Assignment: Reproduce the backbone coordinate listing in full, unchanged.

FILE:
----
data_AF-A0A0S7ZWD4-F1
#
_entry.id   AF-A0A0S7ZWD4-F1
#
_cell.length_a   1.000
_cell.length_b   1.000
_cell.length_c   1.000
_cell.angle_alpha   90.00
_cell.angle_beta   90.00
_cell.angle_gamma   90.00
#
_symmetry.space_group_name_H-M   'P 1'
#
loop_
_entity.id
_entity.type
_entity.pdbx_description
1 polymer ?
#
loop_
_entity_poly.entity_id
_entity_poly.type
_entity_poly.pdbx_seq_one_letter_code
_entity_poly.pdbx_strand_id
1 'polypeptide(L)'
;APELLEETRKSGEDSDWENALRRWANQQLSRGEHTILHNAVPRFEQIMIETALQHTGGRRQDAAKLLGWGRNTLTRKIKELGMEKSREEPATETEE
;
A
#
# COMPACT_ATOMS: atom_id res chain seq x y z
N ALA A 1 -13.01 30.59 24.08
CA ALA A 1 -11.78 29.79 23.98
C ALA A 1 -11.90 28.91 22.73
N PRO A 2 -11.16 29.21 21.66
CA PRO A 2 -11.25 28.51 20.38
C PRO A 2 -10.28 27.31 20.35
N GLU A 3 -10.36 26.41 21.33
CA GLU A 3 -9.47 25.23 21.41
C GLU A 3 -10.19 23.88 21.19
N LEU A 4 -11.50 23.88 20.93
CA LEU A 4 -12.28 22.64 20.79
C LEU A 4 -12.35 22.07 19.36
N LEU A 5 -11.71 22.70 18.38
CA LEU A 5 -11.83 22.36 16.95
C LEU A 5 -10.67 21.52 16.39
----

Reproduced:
data_AF-A0A0S7ZWD4-F1
#
_entry.id   AF-A0A0S7ZWD4-F1
#
_cell.length_a   1.000
_cell.length_b   1.000
_cell.length_c   1.000
_cell.angle_alpha   90.00
_cell.angle_beta   90.00
_cell.angle_gamma   90.00
#
_symmetry.space_group_name_H-M   'P 1'
#
loop_
_entity.id
_entity.type
_entity.pdbx_description
1 polymer ?
#
loop_
_entity_poly.entity_id
_entity_poly.type
_entity_poly.pdbx_seq_one_letter_code
_entity_poly.pdbx_strand_id
1 'polypeptide(L)'
;APELLEETRKSGEDSDWENALRRWANQQLSRGEHTILHNAVPRFEQIMIETALQHTGGRRQDAAKLLGWGRNTLTRKIKELGMEKSREEPATETEE
;
A
#
# COMPACT_ATOMS: atom_id res chain seq x y z
N ALA A 1 -13.01 30.59 24.08
CA ALA A 1 -11.78 29.79 23.98
C ALA A 1 -11.90 28.91 22.73
N PRO A 2 -11.16 29.21 21.66
CA PRO A 2 -11.25 28.51 20.38
C PRO A 2 -10.28 27.31 20.35
N GLU A 3 -10.36 26.41 21.33
CA GLU A 3 -9.47 25.23 21.41
C GLU A 3 -10.19 23.88 21.19
N LEU A 4 -11.50 23.88 20.93
CA LEU A 4 -12.28 22.64 20.79
C LEU A 4 -12.35 22.07 19.36
N LEU A 5 -11.71 22.70 18.38
CA LEU A 5 -11.83 22.36 16.95
C LEU A 5 -10.67 21.52 16.39